Real Talk: Adjustable-rate mortgages aren’t all bad

0
45
Real Talk: Adjustable-rate mortgages aren’t all bad
Adjustable-rate mortgages can make home buying more affordable for buyers during the beginning of their loan term.
Facebooktwittermail

By Elizabeth Lucchesi

Notoriously given a bad rap for purported uncontrolled rate rises and balloon payments, the adjustable-rate mortgage is a lending tool currently being called on by more and more buyers and their lending partners.

With careful consideration and the support of a professional lender, an ARM can make purchasing a home more attainable, especially for first-time buyers.

The last several years have offered idyllic interest rates, with historical lows close to borrowing money for free.

Most recently, fixed rates have been soaring, with the average 30-year hitting 5.25% last week, according to Freddie Mac – nearly a 2% increase since the beginning of 2022. Combine interest rate hikes with increasing home prices and record low inventory, and you’ve got buyers desperate for an avenue to homeownership.

Enter the adjustable-rate mortgages – or ARMs. An ARM can make home buying more affordable for buyers during the beginning of their loan term. A 1% rate reduction can reduce monthly mortgage payments by several hundred dollars or more during the initial loan term.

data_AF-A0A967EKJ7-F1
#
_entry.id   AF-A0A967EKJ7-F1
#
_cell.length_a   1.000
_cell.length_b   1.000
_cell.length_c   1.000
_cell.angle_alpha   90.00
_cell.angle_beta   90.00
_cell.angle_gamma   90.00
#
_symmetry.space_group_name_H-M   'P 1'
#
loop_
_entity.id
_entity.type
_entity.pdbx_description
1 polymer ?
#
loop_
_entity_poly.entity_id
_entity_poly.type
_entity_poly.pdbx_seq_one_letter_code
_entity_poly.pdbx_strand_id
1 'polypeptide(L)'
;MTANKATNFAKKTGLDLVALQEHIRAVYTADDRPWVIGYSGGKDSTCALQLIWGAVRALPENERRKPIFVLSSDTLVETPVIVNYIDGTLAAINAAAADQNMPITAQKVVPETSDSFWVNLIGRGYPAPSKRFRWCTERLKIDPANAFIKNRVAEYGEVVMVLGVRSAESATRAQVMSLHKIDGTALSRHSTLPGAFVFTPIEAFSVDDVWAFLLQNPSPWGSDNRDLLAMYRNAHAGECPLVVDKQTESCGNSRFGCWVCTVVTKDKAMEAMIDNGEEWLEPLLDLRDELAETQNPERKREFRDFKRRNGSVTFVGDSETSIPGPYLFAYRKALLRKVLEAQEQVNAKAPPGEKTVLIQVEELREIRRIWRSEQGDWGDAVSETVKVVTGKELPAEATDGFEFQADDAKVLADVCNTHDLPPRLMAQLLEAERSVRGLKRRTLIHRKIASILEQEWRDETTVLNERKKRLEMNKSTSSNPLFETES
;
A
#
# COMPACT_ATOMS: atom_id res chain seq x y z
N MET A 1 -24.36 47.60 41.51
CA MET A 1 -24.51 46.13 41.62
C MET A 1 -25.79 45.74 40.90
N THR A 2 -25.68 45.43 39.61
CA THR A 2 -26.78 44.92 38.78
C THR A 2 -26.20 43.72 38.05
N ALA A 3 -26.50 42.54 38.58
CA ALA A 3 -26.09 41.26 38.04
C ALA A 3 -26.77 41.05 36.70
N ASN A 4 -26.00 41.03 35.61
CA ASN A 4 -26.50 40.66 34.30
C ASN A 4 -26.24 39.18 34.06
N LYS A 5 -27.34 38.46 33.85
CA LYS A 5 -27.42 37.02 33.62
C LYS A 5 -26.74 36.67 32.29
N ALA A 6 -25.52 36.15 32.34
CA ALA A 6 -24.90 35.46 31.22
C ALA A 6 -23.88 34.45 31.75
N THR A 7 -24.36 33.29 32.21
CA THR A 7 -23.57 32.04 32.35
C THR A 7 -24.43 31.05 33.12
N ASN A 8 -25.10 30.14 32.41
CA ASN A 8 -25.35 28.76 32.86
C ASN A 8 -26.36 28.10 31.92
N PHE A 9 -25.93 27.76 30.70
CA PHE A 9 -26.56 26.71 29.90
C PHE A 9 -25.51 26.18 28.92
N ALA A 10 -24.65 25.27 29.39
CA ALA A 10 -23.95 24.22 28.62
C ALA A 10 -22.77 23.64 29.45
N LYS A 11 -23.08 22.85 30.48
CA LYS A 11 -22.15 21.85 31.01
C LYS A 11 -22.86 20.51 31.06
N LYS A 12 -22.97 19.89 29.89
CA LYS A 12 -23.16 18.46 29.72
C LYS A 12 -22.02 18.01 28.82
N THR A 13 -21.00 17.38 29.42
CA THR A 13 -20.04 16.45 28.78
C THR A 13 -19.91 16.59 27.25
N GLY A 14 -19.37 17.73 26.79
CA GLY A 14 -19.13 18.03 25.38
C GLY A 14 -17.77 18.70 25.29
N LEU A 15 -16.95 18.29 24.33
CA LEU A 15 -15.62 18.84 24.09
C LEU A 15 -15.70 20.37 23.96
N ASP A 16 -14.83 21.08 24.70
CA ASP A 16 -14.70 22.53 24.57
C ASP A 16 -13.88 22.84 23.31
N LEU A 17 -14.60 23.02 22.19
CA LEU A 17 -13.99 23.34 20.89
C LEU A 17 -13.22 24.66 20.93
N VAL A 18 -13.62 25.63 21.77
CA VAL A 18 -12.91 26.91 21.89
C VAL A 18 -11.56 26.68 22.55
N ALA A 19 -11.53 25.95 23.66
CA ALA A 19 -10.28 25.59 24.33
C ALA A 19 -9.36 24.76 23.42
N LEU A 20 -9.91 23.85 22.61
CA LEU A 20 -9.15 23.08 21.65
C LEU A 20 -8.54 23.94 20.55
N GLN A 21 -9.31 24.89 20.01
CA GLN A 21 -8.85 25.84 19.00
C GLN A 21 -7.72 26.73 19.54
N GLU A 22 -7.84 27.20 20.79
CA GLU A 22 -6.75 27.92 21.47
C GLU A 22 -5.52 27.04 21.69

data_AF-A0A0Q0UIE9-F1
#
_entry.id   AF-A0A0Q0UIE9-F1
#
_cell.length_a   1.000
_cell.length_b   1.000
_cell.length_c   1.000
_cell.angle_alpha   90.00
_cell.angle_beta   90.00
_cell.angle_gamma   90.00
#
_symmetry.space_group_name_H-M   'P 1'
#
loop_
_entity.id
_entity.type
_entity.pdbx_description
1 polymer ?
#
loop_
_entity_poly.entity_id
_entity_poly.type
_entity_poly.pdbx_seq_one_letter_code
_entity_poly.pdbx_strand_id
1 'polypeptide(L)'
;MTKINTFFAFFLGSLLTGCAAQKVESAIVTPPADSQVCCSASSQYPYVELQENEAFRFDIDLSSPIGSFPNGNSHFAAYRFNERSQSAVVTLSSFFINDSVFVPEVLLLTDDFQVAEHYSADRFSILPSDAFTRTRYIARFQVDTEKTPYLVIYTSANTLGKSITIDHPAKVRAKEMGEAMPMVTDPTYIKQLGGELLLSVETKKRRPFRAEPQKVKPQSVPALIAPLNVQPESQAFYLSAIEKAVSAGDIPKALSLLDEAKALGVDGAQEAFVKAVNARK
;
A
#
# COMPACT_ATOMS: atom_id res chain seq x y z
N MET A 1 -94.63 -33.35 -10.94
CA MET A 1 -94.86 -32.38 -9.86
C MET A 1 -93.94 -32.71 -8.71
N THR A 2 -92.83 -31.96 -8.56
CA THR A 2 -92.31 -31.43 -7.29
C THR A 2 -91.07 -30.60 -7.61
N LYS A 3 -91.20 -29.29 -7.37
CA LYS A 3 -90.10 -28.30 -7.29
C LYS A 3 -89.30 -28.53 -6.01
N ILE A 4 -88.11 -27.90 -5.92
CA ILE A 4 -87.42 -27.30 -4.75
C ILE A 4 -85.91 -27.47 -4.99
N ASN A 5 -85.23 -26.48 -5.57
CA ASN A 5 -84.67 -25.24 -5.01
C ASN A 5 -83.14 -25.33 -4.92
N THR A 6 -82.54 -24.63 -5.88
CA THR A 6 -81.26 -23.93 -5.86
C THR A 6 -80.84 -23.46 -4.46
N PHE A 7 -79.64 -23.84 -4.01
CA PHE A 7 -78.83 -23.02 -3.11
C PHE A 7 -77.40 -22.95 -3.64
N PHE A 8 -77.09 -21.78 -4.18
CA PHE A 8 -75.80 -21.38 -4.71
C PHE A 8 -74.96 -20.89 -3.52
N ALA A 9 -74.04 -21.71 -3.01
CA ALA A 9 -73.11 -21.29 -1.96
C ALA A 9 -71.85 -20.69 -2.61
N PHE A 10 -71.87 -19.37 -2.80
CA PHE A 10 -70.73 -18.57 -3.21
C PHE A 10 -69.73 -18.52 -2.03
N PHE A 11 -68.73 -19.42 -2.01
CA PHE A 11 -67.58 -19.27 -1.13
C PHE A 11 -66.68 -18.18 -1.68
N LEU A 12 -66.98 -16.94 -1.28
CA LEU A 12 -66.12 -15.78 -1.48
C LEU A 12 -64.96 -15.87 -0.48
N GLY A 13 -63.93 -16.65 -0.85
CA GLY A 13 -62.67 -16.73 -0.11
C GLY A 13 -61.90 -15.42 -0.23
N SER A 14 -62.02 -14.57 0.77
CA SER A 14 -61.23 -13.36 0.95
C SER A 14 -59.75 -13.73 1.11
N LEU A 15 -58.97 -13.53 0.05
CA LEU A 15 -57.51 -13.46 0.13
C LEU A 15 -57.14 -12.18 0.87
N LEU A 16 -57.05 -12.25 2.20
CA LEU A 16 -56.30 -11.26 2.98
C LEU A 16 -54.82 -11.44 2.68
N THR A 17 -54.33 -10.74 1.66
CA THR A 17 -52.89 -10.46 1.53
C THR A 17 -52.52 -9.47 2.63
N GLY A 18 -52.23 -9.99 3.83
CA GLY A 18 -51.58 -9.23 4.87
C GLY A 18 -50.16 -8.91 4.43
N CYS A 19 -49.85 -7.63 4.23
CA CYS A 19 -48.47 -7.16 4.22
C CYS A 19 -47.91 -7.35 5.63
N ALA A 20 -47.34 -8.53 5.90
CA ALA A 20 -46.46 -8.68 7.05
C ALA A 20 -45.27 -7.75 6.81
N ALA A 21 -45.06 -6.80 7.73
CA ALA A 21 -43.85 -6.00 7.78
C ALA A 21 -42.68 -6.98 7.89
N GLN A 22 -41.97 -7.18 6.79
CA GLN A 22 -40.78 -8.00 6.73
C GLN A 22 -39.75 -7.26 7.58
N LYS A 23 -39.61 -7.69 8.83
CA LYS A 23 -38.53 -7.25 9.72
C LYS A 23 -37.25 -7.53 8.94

When the initial loan term is complete, the variable interest rate is determined using a fixed benchmark – such as the Fed Funds Rate, the prime rate or the LIBOR, among others – plus the margin, a set amount of interest above the index rate. The index is variable, while the margin is constant.

ARMs generally have caps limiting interest rate increases per year or over the loan’s lifetime.

The most common type of ARM is the hybrid, and it offers a combination of fixed and adjustable-rate periods. Usually, these loans are named using the fixed interest rate term length combined with how often the interest rate is subject to adjustment after the initial loan term. For example, in a 10y/6m ARM, the 10y represents a fixed interest rate for the initial 10-year period, while 6m means the interest rate is subject to adjustment every six months for the loan’s lifetime or until the buyer refinances.

With careful consideration and the support of a real estate professional and trusted lender, an ARM could be a smart choice for your home buying needs. Talk with your team to decide the right approach.

The writer is the founder of the LizLuke team at Long & Foster Real Estate. She is also a buyer and seller agent.

Facebooktwittermail
instagram